Mount Osceola Southwest Slide 7/21/2020

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Jan 1, 2005
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We’ve been doing variety of online research and preliminary explorations with view to making an excursion into ravine below southwest spur ridge of Mount Osceola to visit the V-shaped slide shown below in this photo taken from Waterville Valley. We succeeded in scheduling a day with good weather and when we were free and available. Back country skier Dan (and dog Friday) who is interested in skiing this slide made this a party of three.


The key to this trip was locating logging sled road revealed using LIDAR imagery and antique aerial photo imagery and finally by a couple of preliminary excursions to verify sled road on the ground. Aerial photo 1964 - note sled road leading to bottom of slide.


Usual method of going to slides involves following following the run-out brook requires much strenuous steep and thick side-hill bushwhacking in difficult terrain. Following a sled road is much easier. It may have grown in and have downed trees, but we find it far better. Steve recently followed similar sled roads to reach the slides in the adjacent Osceola Brook ravine a few weeks previous so we were expecting similar results here. We reached the sled road and followed it up the valley through prickly, but not too bad spruce forest. We were able to make good time were able to reach the base of the slide by 12:30 after starting our trip at 9:00AM from Tripoli Road just below Osceola Vista. The base of the slide is marked by massive wet and slippery slab which we bypassed by scrambling up a series of gullies. Dan starts up the first gulley.


Another view of the massive slab.


View of the slab as we popped out of bypass gulley. Views are starting to happen now!!!


View of big gravel deposit up above the massive slab. It was only 12:30 or so at this point. Having made great time we scramble up this gravel deposit to look for a suitable place to stop for lunch. Gravel deposit felt very unstable under foot so we walked very carefully so as not to cause rock slides.


Time to stop for long lunch break and enjoy the views. We found this somewhat stable and less steep place to stop for our lunch break. The stop to boys to inspect rotten stone appeared to be the source of the gravel deposit down below. We found much less gravel up above this point.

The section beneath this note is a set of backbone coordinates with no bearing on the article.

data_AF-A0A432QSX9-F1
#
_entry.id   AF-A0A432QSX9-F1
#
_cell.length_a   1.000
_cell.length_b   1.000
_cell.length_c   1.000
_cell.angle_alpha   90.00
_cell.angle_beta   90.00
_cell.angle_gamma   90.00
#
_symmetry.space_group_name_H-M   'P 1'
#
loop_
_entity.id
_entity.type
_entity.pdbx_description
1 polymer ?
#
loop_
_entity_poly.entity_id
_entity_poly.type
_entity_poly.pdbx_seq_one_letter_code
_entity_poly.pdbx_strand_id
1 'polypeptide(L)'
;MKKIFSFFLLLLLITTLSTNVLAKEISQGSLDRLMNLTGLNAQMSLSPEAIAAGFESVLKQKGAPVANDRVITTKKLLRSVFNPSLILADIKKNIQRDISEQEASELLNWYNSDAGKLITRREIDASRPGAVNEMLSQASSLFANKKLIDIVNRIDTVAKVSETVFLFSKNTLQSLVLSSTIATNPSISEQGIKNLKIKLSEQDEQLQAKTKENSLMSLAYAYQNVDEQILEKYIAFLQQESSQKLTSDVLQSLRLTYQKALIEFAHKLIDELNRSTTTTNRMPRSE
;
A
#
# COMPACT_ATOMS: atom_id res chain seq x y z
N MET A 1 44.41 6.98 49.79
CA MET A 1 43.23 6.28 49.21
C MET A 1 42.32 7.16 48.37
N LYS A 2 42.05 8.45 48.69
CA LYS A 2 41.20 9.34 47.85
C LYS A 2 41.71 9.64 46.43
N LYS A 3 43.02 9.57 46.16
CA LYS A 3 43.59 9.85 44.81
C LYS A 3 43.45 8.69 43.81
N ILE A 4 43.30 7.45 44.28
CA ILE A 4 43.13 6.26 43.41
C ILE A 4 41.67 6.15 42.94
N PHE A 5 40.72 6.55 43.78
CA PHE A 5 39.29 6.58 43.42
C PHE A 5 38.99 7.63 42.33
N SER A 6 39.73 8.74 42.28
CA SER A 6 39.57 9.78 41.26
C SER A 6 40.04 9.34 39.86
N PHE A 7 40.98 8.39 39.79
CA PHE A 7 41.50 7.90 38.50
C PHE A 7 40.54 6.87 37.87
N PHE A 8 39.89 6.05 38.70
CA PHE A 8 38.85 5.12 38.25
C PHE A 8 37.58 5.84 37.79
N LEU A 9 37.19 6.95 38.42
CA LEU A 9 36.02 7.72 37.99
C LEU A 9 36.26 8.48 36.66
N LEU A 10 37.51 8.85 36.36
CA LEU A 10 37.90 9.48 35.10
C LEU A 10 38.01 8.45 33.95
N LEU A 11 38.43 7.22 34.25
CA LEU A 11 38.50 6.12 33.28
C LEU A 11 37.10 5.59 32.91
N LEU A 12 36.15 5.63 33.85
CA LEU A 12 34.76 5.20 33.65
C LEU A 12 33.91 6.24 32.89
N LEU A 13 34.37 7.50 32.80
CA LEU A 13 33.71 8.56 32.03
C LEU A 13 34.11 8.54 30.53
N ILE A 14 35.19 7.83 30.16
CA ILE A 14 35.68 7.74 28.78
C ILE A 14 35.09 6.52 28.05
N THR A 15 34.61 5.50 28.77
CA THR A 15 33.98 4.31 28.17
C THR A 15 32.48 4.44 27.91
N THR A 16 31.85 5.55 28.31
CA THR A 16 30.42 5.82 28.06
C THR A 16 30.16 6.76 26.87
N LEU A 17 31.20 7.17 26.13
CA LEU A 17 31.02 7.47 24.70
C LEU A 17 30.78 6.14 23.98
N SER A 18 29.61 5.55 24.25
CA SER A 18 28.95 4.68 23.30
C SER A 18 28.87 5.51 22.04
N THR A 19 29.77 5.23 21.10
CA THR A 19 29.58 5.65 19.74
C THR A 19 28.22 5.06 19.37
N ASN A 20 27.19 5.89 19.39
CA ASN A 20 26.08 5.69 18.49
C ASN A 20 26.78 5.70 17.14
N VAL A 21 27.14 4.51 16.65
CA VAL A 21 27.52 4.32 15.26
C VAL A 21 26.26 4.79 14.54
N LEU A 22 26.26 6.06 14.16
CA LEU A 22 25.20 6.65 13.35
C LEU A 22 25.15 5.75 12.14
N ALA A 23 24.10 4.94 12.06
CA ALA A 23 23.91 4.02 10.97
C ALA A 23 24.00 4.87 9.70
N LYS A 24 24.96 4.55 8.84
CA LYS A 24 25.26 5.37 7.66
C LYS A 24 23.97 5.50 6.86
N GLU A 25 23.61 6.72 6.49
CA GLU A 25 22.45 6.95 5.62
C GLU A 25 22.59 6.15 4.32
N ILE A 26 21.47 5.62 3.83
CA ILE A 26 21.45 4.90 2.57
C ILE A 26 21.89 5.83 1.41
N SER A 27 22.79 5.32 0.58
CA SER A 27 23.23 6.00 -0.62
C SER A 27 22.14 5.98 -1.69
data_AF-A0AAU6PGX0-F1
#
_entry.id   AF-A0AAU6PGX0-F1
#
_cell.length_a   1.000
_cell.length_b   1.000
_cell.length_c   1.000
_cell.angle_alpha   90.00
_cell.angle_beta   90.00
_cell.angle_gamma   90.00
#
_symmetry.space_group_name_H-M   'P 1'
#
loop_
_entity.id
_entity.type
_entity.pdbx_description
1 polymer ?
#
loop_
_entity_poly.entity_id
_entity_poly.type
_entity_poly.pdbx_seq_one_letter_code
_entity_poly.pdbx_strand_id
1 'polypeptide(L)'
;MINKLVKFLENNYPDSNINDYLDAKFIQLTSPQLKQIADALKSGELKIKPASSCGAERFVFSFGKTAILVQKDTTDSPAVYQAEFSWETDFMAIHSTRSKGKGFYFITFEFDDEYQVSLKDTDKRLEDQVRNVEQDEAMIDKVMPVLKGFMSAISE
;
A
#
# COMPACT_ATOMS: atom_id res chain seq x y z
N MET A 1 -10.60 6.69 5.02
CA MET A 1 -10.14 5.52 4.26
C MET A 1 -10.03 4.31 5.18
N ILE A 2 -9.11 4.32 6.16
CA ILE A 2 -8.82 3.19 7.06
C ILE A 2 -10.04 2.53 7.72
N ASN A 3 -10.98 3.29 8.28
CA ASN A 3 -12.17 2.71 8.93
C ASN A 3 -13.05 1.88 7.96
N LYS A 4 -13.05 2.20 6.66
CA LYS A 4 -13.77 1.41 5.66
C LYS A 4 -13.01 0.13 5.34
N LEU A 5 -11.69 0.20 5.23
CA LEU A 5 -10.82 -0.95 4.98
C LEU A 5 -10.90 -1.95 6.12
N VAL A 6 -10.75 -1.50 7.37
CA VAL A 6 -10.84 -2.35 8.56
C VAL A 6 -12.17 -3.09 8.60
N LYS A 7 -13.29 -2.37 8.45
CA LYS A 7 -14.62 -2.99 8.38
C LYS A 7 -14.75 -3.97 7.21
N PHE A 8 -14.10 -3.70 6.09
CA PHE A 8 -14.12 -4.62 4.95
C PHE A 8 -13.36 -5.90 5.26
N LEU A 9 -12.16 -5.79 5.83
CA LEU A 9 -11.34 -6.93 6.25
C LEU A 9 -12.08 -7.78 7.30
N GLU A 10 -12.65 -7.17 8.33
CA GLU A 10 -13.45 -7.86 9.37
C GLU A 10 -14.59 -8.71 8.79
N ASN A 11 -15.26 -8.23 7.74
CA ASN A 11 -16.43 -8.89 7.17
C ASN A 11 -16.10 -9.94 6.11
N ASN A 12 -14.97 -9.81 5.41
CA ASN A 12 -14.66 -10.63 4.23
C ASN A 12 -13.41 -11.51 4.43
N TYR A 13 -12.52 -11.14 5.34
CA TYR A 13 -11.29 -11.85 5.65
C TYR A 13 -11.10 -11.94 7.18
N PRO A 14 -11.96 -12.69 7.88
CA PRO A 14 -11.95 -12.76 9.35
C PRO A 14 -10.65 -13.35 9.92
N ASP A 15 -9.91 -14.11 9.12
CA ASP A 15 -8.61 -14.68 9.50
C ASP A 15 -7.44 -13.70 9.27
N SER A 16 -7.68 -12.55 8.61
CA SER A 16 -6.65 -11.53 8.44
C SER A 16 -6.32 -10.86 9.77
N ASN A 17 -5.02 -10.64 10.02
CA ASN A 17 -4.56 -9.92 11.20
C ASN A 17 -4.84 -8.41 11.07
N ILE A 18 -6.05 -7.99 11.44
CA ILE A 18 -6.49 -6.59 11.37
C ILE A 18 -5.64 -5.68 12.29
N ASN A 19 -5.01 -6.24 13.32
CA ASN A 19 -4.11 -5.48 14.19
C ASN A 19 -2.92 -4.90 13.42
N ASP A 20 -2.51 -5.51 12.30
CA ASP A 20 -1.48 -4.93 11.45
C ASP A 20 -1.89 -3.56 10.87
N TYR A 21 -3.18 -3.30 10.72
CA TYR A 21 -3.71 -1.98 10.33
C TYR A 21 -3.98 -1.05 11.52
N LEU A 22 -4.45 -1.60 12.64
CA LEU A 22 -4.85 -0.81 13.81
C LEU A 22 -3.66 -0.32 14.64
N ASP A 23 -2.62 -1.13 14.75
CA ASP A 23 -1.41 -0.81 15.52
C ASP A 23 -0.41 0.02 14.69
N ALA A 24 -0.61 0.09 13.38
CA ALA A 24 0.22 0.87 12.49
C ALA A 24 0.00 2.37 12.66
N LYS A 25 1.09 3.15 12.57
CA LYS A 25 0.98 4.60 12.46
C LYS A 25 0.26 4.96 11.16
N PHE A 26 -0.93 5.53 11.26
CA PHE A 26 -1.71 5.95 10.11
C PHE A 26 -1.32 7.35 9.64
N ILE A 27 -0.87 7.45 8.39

Slabs were pretty dry, but near the top of the slide the black moss began to reappear. Black moss was fairly dry and Dan and Steve stayed out on the slabs, but I preferred to retreat to the woods as we got closer to the top of the slide. I managed to get this snap shot of master of the slide Dan framed by the foliage of the 675 yard long slide from the top.


We originally planned on going only part way up the slide, but the excitement of exploration and discovery took hold and we decided to go all the way to top of the slide and attempt the bushwhack up to the hairpin turn on Mount Osceola Trail. The 700' distance and 300' elevation gain proved to be quite an ordeal taking us 1 hour and 18 minutes. We were exhausted by time we reached the hairpin turn of mount Osceola Trail, but in spite of this we decided we decided to go the extra 1/2 mile and 500' more elevation to visit summit for late afternoon rest and views at the summit. We lounged around for a good half hour enjoying views of lengthening shadows of the late day sun and eating our remaining trail food.

We left the summit at 6:00. Mount Osceola trail is one of the more rugged trails in the Whites. Due to our tired legs and rough trails, we expended good 2.5 hours to arrive at the trail head. It was substantially dark at this point. After another brief rest and we then made the 2.5 mile road walk down Tripoli Road to return to our vehicles at 10 PM to close an epic memorable day of Type 2 fun for this writer.
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